Ube Mochi waffles aka purple sweet potato waffles. Frieda's Produce was so kind to send me a box of these amazing purple tubers and I knew exactly what to do with them. Waffles!
I have been on a waffle kick lately since my family is home full time now, so that means more leisurely mornings, extra time to make more than a smoothie or eggs and toast for breakfast. Waffles are my favorite sweet breakfast food. I have a gazillion favorite savory breakfast foods such as eggs benedict - especially Hawaiian style with kalua pork, huevos rancheros, chilaquiles, breakfast tacos, to name a few.
When it comes to sweet breakfast foods my heart has always belonged to those thick, Belgian style waffles with the deep squares you can fill with sauces and syrups. I love the crunchy exterior and the soft, chewy interior. Purple sweet potato and or Ube (ooh-bay) add an extra layer of texture and flavor to these already amazing waffles.
The two key ingredients for these ube mochi waffles - mochiko flour and roasted, mashed ube yam or purple sweet potato. Koda Farms mochiko flour is my fave to use. I used Stokes purple sweet potatoes from Frieda's produce, but if you can find ube yams use those instead for true ube. In the past I have used other brands of purple sweet potatoes including the Okinawan purple sweets I have found in Hawaii and in Asian and international grocery stores locally. Those have a light tan skin with a lighter purple interior.
Stokes have a purple skin and a deep purple interior. They bake up even darker purple. The color of these potatoes are amazing. And the taste is incredible all on their own. Sometimes I make them with a few splashes of coconut for a smoother mashed potato to serve as a side with dinner.
Baked into a waffle these potatoes keep the purple color so well. I have made a few other baked items with the purple sweet potato that I roasted, and it has been a bit of an experiment to get them to retain their purple color. I made some muffins that came out kind of a bluish-green. They tasted good, looked awful. Back to the drawing board on those. But for these ube mochi waffles I will go through a few steps on how I made them.
Starting with measuring/weighing ingredients into separate bowls then combining the ingredients in order to make for a smooth waffle batter.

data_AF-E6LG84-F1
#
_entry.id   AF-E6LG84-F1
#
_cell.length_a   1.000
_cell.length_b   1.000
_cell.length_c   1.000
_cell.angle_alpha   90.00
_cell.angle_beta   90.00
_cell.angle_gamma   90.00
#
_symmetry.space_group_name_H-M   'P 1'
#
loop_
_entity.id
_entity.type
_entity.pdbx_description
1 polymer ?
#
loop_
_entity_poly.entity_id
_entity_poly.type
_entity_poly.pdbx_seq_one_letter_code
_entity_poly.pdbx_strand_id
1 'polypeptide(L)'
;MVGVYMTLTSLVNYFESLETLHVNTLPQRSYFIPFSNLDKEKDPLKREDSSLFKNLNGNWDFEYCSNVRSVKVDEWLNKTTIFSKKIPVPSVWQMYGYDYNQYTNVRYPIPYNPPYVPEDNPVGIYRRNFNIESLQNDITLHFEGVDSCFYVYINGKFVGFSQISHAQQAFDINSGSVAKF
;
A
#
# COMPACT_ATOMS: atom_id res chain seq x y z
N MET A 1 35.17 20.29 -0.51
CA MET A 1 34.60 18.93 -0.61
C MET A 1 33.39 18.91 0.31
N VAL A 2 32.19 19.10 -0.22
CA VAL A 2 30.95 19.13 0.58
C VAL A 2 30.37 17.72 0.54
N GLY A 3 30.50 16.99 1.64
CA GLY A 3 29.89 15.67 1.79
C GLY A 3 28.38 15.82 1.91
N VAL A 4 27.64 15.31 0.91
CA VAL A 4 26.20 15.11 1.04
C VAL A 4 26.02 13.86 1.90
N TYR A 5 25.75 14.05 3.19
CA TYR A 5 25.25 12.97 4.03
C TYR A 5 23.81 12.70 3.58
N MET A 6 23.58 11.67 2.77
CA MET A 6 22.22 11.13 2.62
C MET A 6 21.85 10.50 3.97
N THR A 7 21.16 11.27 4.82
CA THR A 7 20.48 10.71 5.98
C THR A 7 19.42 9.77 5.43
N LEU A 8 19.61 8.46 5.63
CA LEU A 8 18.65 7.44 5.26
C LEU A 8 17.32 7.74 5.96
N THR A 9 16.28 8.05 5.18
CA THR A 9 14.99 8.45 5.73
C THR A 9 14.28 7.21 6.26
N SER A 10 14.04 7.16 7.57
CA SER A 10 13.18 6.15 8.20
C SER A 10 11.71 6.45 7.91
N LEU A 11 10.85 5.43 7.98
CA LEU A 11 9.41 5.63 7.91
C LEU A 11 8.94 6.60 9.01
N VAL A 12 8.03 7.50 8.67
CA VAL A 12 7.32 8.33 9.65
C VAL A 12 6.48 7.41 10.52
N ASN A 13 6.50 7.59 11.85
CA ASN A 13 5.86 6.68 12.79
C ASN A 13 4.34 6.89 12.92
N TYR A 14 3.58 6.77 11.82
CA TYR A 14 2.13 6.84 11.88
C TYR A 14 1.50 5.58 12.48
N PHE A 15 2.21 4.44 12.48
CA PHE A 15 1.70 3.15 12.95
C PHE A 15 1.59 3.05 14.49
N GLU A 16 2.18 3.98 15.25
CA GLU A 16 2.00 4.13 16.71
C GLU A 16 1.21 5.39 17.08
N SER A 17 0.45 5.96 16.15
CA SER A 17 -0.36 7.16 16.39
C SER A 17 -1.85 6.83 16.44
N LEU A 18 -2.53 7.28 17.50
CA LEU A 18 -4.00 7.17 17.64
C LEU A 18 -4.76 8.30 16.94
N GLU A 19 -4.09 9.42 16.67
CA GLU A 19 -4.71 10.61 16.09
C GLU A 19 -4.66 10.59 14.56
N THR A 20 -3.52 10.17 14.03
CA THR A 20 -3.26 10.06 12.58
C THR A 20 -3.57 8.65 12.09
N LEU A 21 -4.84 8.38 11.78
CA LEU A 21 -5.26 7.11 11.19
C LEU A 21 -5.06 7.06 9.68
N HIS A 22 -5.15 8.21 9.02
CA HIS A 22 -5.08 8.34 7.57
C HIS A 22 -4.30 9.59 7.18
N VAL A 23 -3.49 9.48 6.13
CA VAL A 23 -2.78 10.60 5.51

Because of the addition of the mashed, purple sweet potato this waffle batter is a little thicker than traditional batter, or even batter that uses something like pumpkin puree.
The mochi rice flour makes it a little thicker textured as well and this is why one of the steps that I always use when making waffles is separating the eggs. Folding in whipped egg whites will always help lighten the batter and make for fluffier waffles.
Because this is a thicker batter it won't spread quite as much as traditional buttermilk style Belgian waffles. I use a Cuisinart double Belgian style waffle maker that makes two waffles at a time. It flips like commercial waffle makers or the kind you find in a hotel. I love being able to make two big waffles at the same time. This waffle iron makes perfect waffles every time.
Since these ube waffles have more moisture and a thicker batter I go by looks rather than time when cooking them. I wait for the steam to start to slow down and I peek to see how brown they are getting. You don't want them completely brown or else they will end up burnt. You want to still see purple.
I always err on the side of a little less batter with my first few waffles and then the last one ends up spilling over with the most batter. Even though I think I am measuring it correctly every time I still do this. I use a large batter scoop that is commonly used for cupcakes. The one I use is a #16 that holds ¼ cup batter. I will use two scoops per waffle.
I also have a #12 scoop (or disher as it is also called), that is about ⅓ cup. It all depends on the thickness of the waffle batter for which waffle recipe I am making.